Dickey: Composure of Lopez twins key to Stanford's success 

Stanford men’s basketball coach Trent Johnson was prophetic when we talked on Wednesday, saying that "There are nights when we can beat anybody in the country, and there are nights when anybody in the country can beat us."

On Thursday night, the Cardinal blew a 14-point lead and lost to Arizona State in overtime. Two nights later they almost blew another lead, but hung on to beat Arizona 67-66.

That’s the way it’s been all year for the Cardinal. You’d think that a team that is 10-3 in conference play and 21-4 overall has had smooth sailing, but there have been many bumps in the road.

In great part, this is because its 7-foot twins, Brook and Robin Lopez, are so young. It’s hard realizing that when you look at these man mountains, they’re only 19.

"Obviously, they’ll be much different people when they’re 21," Johnson said. "Robin is more emotional, but Brook can lose his temper, which is a problem."

When they were not playing well against cellar-dweller Oregon State, Brook and Robin started yelling at each other at midcourt.

"All I could think was, ‘This is just like two 8-year-olds,’" Johnson said.

Nonetheless, aside from these emotional outbursts, the Lopez twins have been the keys for the Cardinal, who are second in a conference that national observers regard as the toughest in the country. In nonconference games, the Pac-10 Conference is 97-26; even Oregon State, 0-11 in the Pac-10, is 6-6. Even given that some coaches schedule nonconference teams that are easy to beat — hello there, Ben Braun! — that’s an astonishing record.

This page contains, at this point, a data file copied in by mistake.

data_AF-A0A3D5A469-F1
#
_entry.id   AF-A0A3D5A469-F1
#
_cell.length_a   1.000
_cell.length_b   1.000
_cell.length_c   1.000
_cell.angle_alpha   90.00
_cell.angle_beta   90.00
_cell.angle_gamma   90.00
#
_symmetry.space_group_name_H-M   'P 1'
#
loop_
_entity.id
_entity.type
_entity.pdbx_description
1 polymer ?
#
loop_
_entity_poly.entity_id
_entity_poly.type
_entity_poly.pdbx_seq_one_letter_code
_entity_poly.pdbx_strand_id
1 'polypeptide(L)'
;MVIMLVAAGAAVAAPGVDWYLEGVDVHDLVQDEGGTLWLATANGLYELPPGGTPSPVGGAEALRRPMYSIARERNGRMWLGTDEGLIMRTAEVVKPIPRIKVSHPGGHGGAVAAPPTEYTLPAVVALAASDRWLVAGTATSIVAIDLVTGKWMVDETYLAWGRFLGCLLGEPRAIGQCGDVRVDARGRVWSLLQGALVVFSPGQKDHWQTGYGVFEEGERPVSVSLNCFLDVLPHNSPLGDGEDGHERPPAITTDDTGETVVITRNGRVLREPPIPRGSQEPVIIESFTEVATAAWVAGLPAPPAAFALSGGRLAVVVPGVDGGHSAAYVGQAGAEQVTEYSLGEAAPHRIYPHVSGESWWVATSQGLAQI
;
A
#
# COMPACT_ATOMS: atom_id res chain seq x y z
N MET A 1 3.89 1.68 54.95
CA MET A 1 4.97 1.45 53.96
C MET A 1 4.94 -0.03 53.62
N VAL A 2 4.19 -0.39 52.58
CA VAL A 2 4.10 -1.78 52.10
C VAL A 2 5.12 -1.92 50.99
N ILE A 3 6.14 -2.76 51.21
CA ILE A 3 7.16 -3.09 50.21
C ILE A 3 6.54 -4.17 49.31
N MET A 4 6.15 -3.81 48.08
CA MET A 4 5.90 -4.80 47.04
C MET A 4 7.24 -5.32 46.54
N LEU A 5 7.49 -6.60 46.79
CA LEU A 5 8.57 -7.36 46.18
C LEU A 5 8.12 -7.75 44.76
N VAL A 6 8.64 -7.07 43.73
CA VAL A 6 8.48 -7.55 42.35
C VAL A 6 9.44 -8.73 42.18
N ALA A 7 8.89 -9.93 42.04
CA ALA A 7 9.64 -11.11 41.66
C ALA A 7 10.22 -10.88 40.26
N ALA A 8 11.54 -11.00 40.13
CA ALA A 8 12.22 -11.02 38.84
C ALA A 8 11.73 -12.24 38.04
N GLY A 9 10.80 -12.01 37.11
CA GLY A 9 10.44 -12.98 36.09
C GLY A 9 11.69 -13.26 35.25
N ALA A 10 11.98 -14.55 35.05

Stanford is not likely to overtake UCLA for the championship — the two teams meet on March 6 at Pauley Pavilion — but it is certain to be in the NCAA Tournament.

The top teams should benefit from playing such a rigorous conference schedule. Johnson looks at two other factors: Good health, which the Cardinal did not have going into the tournament last season, and better shooting.

But if Stanford goes very far in the tournament, the big men will be the key, with their complementary skills: Brook has a strong offensive game inside while Robin anchors the tough Stanford defense and gets the defensive rebounds.

This may be the twins’ only chance to win the tournament, too. For years under Mike Montgomery, the team’s stars stayed for the full four years before turning pro, but that’s no longer true. The Lopez twins may leave after just two years.

So, it’s imperative that they keep working on their A-game. Stanford can’t afford to go into the tournament with the inconsistent pattern that showed up again last weekend.

Glenn Dickey has been covering Bay Area sports since 1963 and also writes on www.GlennDickey.com. E-mail him at glenndickey@hotmail.com.

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Glenn Dickey

Glenn Dickey

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